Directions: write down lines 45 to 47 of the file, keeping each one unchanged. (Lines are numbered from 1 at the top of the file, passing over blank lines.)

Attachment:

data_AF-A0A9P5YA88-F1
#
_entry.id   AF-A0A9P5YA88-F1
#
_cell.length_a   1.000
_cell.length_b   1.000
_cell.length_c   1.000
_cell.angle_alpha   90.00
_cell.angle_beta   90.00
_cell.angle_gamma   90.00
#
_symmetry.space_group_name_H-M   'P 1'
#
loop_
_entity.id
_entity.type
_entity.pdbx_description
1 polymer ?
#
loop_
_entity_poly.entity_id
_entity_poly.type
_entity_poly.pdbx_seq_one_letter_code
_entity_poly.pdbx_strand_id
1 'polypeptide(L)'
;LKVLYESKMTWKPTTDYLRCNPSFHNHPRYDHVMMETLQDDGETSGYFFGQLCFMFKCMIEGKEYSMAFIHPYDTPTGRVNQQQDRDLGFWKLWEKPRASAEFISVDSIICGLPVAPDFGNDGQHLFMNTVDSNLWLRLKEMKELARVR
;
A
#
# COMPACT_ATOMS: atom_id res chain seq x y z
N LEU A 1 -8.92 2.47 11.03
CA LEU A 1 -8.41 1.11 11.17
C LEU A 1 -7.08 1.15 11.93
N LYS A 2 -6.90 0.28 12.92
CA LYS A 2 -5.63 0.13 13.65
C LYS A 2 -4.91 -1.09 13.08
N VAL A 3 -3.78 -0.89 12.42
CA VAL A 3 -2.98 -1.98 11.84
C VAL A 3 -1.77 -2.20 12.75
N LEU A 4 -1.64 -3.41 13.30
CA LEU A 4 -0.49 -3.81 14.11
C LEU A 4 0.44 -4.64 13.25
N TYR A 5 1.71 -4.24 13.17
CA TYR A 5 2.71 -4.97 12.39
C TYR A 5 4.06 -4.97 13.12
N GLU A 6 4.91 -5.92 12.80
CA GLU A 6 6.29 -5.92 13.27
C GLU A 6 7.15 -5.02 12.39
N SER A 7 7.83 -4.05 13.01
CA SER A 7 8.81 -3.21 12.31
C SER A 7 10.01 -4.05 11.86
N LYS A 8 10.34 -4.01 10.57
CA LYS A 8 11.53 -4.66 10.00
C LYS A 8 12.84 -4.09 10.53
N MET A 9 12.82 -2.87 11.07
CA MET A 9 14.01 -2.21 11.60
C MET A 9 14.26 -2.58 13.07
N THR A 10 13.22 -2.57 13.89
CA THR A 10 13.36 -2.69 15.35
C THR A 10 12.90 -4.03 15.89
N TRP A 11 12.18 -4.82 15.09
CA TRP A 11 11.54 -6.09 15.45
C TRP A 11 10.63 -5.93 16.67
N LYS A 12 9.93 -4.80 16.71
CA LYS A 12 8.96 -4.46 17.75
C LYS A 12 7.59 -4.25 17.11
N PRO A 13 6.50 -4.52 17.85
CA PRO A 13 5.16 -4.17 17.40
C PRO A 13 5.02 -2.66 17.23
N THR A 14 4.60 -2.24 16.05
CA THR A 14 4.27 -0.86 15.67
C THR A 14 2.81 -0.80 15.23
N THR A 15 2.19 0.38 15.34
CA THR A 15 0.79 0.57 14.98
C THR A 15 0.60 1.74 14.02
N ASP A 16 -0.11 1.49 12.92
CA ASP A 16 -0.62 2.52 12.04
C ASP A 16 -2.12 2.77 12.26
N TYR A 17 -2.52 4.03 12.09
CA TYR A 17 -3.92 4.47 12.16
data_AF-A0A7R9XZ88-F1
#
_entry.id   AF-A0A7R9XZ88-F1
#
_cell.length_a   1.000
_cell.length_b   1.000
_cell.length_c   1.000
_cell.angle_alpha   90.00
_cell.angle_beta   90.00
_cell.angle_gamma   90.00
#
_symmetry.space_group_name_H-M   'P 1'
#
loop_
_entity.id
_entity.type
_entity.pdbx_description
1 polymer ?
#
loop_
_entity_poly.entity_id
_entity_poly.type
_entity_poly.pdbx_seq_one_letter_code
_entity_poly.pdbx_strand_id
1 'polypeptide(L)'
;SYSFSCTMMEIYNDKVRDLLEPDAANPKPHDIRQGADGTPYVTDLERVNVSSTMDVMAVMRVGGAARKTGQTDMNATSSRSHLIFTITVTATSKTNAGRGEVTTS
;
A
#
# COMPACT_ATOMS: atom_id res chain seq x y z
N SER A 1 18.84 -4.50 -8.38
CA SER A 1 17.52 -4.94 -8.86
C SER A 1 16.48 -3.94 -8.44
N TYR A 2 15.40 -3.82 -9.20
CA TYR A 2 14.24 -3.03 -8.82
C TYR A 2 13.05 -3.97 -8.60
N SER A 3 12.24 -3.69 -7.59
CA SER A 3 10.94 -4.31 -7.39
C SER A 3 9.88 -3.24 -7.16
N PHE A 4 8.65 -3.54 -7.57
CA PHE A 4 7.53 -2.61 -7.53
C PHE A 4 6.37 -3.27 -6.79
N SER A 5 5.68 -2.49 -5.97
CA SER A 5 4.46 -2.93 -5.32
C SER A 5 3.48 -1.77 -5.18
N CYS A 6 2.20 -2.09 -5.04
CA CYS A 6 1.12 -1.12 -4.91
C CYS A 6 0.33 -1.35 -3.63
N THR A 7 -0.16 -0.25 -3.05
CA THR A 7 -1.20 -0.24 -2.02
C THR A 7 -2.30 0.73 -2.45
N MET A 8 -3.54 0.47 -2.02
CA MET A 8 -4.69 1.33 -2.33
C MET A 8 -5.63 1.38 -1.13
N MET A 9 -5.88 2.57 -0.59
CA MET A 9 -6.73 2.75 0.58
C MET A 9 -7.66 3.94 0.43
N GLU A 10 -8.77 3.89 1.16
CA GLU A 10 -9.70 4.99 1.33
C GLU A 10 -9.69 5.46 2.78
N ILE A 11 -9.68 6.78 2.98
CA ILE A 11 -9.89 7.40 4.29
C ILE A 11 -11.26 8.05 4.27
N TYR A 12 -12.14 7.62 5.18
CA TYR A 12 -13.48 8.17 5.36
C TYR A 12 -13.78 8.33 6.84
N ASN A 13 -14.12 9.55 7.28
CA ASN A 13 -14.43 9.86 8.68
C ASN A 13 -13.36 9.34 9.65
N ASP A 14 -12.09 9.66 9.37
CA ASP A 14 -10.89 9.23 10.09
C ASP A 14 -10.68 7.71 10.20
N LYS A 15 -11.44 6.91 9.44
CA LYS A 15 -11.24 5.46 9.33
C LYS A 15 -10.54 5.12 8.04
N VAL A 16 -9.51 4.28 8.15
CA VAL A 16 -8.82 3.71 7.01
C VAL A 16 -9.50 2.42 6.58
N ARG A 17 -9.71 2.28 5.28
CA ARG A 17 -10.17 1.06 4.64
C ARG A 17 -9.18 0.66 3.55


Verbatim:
C TYR A 5 4.06 -4.97 13.12
N GLU A 6 4.91 -5.92 12.80
CA GLU A 6 6.29 -5.92 13.27